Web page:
Large-scale cyber-attack hits hospitals across England

UPDATE: NHS Digital says malware variant is Wanna Decryptor; Reports of ransomware attack affecting a number of NHS trusts, as healthcare staff report cancelled operations and lack of access to medical files

Many NHS hospitals across the UK are experiencing a large-scale cyber attack during the afternoon of 12 May, with the attackers reportedly demanding money to release files.

NHS Digital said that 16 NHS organisations had reported being affected by the attack, which it said was believed to be the malware variant Wanna Decryptor. It added that it did not have any evidence to show that patient data had been accessed.

Those organisations affected include East and North Hertfordshire, which said in a statement that it had experienced “a major IT problem” that was believed to be a cyber attack, and that it had responded by shutting down all its IT systems to protect it.

This means that the trust’s telephone system cannot take incoming calls, and the trust has postponed all non-urgent activities and is asking patients not to come to A&E – and instead to call 999 for life-threatening emergencies.

“To ensure that all back-up processes and procedures were put in place quickly, the trust declared a major internal incident to make sure that patients already in the trust’s hospitals continued to receive the care they need,” it said in a statement.

Confirming it had fallen victim to the attack, London’s Barts Health NHS Trust said on its website that it was experiencing “a major IT disruption and there are delays at all of our hospitals”. 

Its statement said: “We have activated our major incident plan to make sure we can maintain the safety and welfare of patients. We are very sorry that we have to cancel routine appointments, and would ask members of the public to use other NHS services wherever possible. 

“Ambulances are being diverted to neighbouring hospitals. The problem is also affecting the switchboard at Newham hospital but direct line phones are working. All our staff are working hard to minimise the impact and we will post regular updates on the website.”

Meanwhile, other healthcare workers took to Twitter, with reports of it affecting X-ray systems, test results, phones and pager systems, as well as medical records and administrative systems​.

According to reports from users who say they work in the health service, hospitals in Newcastle, Preston, Blackpool, Liverpool and Lincolnshire are under attack.

Commenting on the scale of the problem on Twitter, one doctor – who said that this was not occurring at his hospital, but those of colleagues’ said it would be a “miracle if no one comes to harm”.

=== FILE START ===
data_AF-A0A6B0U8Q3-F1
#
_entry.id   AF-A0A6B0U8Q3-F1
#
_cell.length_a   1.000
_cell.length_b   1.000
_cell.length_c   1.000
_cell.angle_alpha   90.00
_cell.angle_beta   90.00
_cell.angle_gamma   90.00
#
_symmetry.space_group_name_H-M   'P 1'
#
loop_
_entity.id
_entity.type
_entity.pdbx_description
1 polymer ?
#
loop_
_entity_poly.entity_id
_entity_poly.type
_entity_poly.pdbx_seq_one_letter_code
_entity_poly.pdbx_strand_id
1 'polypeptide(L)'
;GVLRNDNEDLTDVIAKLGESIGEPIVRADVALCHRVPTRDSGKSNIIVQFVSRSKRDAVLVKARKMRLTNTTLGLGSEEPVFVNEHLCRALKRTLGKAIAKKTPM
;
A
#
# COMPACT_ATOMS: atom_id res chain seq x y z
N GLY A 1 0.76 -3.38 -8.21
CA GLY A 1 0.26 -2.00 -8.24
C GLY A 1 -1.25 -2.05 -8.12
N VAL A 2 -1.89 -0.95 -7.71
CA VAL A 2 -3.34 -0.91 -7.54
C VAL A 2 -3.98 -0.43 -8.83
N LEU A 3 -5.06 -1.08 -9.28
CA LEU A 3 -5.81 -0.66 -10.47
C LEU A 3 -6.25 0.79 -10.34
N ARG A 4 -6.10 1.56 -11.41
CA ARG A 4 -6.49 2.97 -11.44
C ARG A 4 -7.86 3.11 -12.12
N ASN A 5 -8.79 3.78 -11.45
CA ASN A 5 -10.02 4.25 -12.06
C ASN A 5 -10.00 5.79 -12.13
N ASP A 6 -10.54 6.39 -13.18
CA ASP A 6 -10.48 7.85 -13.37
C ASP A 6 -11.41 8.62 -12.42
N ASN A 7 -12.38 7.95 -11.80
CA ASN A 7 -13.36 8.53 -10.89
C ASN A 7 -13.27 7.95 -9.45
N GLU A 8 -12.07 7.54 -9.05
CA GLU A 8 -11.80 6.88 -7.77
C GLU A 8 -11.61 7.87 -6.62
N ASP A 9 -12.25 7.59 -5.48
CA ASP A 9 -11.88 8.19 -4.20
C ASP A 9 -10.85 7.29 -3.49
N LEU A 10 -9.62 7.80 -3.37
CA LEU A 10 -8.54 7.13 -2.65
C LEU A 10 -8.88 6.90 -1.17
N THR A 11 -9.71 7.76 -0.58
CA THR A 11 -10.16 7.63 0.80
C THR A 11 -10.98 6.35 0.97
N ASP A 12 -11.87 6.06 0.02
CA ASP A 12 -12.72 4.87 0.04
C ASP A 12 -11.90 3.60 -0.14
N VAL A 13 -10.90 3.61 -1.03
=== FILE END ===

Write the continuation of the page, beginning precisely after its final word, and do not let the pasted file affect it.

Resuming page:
Screenshots of the messages that are reported to be showing up on hospital computers have been tweeted by multiple users.

It reads: “Ooops, your files have been encrypted!”

And continues to say that “nobody can recover your files without our decryption service”, and demands a payment of $300, in Bitcoin. 

NHS Digital said in a statement that 16 NHS organisations had reported they have been affected by a ransomware attack.

“The investigation is at an early stage but we believe the malware variant is Wanna Decryptor,” the statement said. 

“At this stage we do not have any evidence that patient data has been accessed. We will continue to work with affected organisations to confirm this.

“NHS Digital is working closely with the National Cyber Security Centre, the Department of Health and NHS England to support affected organisations and to recommend appropriate mitigations.

“This attack was not specifically targeted at the NHS and is affecting organisations from across a range of sectors.

“Our focus is on supporting organisations to manage the incident swiftly and decisively, but we will continue to communicate with NHS colleagues and will share more information as it becomes available.”

Among the other organisations thought to be affected are universities, as well as institutions and businesses in other countries – it is thought that the attack is the same strain of malware behind a series of attacks on businesses in Spain, which includes Telefonica and Iberdrola. 

Money being paid

It appears that money has been paid to the Bitcoin addresses shown in screenshots of the attack.

One address, seen in the tweet above, has – according to the Blockchain tracker – received two payments, at a total value of 0.32 Bitcoins, equivalent to £438 or $564 at the time of writing. It isn’t possible to say who made the payment.

This article is being updated as more information becomes available


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